If you’re looking for some positive economic news, check out the Alaska Department of Fish and Game’s recently released preliminary data on the commercial catches and values of salmon in 2021.
Published Monday by the Division of Commercial Fisheries, the preliminary data indicates that Alaska’s commercial salmon fishermen landed an overall harvest with a preliminary value of nearly $644 million this year.
That preliminary “ex-vessel” value paid to fishermen in 2021 is more than twice the $295.2 million value recorded during the previous year, according to department data.
“When compared to the long-term time-series (1975-2020), the 2021 all-species commercial salmon harvest of 233.9 million fish and 858.5 million pounds is the third highest on record for both total fish harvested, and total pounds harvested,” stated a department announcement. “Adjusted for inflation (CPI, 2021 prices), the 2021 ex-vessel value estimate of $643.9 million is also the third highest ex-vessel value reported since 1975.”
And how did Southeast Alaska fare?
Commercial fishermen in Southeast Alaska harvested salmon with a preliminary ex-vessel value of $132.2 million in 2021 — up from about $50.1 million in 2020.
Southeast Alaska commercial fishermen landed more of each salmon species in 2021 compared to 2020, as well.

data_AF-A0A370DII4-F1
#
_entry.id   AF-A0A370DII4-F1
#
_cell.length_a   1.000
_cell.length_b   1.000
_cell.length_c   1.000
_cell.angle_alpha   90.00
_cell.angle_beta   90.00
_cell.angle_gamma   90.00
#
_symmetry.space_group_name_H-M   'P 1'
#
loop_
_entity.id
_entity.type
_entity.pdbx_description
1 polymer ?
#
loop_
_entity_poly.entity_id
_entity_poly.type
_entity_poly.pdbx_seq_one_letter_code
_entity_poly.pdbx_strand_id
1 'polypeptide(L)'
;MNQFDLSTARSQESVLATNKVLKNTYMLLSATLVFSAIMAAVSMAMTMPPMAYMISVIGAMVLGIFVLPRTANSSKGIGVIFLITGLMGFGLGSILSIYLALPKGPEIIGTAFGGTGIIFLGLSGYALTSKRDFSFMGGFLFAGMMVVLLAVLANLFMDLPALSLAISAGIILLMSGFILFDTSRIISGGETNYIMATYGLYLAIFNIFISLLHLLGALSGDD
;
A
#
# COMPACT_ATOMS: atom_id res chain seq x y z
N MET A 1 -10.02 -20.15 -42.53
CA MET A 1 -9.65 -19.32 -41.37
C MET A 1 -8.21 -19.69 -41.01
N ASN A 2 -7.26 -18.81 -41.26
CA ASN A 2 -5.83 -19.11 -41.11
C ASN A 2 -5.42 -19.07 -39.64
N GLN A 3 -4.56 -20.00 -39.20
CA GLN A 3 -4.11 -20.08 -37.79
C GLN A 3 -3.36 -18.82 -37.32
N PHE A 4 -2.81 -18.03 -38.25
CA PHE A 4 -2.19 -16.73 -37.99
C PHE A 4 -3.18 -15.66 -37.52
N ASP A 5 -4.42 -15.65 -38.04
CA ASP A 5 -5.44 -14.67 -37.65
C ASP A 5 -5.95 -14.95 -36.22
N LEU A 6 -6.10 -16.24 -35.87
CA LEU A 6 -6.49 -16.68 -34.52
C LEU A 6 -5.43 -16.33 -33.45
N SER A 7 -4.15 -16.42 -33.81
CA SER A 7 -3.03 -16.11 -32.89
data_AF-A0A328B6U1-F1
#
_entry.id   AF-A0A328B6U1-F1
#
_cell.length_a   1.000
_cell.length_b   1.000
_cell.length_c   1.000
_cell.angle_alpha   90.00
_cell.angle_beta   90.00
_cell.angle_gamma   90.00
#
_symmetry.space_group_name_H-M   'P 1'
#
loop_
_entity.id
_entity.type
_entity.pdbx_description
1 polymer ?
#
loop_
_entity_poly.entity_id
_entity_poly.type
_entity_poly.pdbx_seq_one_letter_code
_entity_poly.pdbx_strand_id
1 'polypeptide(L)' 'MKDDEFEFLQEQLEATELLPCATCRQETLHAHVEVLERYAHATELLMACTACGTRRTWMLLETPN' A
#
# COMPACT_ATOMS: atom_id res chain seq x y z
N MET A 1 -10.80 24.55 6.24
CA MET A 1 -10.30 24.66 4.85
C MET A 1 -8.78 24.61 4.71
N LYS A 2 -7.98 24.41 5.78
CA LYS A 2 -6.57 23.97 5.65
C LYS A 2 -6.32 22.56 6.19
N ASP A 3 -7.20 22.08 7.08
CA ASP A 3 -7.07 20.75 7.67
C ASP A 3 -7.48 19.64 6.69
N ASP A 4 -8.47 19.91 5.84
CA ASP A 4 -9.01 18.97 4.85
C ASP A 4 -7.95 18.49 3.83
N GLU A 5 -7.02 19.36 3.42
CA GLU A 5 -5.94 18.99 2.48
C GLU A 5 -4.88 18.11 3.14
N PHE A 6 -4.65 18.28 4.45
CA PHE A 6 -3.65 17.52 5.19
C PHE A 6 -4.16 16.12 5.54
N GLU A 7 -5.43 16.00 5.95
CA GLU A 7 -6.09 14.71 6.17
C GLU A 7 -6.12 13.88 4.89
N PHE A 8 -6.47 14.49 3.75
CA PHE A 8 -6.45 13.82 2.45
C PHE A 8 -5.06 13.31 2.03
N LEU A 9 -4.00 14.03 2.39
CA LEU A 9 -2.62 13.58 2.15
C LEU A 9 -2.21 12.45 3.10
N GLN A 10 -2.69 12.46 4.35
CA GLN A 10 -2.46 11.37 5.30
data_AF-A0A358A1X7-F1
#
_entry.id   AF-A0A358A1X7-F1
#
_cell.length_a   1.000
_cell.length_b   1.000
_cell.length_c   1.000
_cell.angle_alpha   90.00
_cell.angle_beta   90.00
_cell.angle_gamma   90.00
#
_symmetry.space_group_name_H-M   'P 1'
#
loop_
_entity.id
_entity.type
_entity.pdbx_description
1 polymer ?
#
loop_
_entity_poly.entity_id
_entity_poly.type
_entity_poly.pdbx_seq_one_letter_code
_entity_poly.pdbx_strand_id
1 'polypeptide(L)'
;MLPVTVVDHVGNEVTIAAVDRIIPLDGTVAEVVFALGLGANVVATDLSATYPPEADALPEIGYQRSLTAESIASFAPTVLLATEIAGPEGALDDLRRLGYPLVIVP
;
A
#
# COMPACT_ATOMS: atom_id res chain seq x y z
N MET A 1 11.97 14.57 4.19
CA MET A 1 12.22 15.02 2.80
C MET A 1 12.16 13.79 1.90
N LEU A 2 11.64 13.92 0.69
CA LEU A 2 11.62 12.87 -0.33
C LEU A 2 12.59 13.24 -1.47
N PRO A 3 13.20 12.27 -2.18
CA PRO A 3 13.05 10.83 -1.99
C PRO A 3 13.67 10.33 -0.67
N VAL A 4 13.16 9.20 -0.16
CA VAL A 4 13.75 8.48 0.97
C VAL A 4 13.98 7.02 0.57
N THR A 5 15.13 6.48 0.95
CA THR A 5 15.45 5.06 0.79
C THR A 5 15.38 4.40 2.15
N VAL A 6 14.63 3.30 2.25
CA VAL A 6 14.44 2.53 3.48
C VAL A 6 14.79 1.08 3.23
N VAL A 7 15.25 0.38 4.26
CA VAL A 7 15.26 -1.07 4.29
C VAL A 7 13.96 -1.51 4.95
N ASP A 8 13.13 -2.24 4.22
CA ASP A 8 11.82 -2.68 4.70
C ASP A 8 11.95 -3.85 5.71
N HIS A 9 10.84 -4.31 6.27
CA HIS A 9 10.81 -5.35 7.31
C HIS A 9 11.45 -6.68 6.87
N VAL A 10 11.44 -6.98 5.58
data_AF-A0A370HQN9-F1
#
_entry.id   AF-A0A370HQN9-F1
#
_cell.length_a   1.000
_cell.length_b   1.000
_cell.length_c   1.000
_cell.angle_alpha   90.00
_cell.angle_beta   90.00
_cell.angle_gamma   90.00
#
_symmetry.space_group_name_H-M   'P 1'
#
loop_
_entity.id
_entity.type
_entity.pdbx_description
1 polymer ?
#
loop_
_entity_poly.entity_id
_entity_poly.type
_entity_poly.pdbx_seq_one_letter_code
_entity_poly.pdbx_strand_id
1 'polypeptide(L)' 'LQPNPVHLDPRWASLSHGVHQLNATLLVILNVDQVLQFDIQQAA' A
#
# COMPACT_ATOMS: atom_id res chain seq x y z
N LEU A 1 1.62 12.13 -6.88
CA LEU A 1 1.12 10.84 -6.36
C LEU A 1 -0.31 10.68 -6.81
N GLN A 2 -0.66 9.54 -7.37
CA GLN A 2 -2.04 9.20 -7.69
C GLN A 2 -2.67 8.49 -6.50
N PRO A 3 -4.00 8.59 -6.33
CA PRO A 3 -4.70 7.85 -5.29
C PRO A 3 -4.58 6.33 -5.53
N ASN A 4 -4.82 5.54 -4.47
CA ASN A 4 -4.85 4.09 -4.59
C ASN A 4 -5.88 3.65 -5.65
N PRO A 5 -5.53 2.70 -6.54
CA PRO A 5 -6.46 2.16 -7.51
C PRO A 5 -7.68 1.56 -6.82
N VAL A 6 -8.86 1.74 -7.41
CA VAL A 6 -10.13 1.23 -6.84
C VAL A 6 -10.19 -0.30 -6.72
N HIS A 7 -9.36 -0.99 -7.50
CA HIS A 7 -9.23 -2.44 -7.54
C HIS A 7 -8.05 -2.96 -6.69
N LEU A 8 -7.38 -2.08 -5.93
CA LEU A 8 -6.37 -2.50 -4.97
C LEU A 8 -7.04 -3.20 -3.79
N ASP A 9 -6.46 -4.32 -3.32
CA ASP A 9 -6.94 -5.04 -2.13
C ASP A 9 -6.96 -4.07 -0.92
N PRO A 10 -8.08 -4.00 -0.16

The commercial harvest of pink salmon in Southeast Alaska, for example, jumped from about 7.97 million fish in 2020 to 48.2 million this year.
The chinook salmon harvest in Southeast increased from about 200,000 fish in 2020 to about 216,000 fish this year; sockeye salmon from about 373,500 to 1.11 million; coho salmon from 1.10 million to 1.50 million; and chum salmon from 4.65 million to 6.98 million.
The ex-vessel average prices per pound increased for each salmon species in Southeast Alaska, also.
The department announcement acknowledges that the data is preliminary. The final values will be available at some point next year, “after seafood processors, buyers, and direct marketers report total value paid to fishermen in 2021.”
But even at this point, it’s clear that 2021 was a positive year overall for the commercial fishing fleets statewide and within the Southeast Alaska. And, a further parsing of the data will show the performance of specific areas and gear groups within Southeast.
For us here in Ketchikan, it’s exciting to see the upswing for the commercial salmon sector is 2021, especially after the largely dismal season in 2020. The industry has long been a mainstay of the local and regional economy, and this year’s robust season certainly helped offset some of the negative effects wrought by the COVID-19 pandemic.
We’re also encouraged that some parts of the commercial fishing sector continue nearly year-round. As shown by the page 1 feature photograph in Thursday’s edition of the Ketchikan Daily News, the commercial sea cucumber fishing season that began in October is continuing, as are the commercial dive harvest fisheries for geoduck clams and sea urchins, and the winter troll fishery for king salmon. The commercial pot shrimp fishery that started on Oct. 1 in Southeast Alaska proceeded quickly, with all but two harvest areas closed by Oct. 28.
All of this is positive economic news, indeed.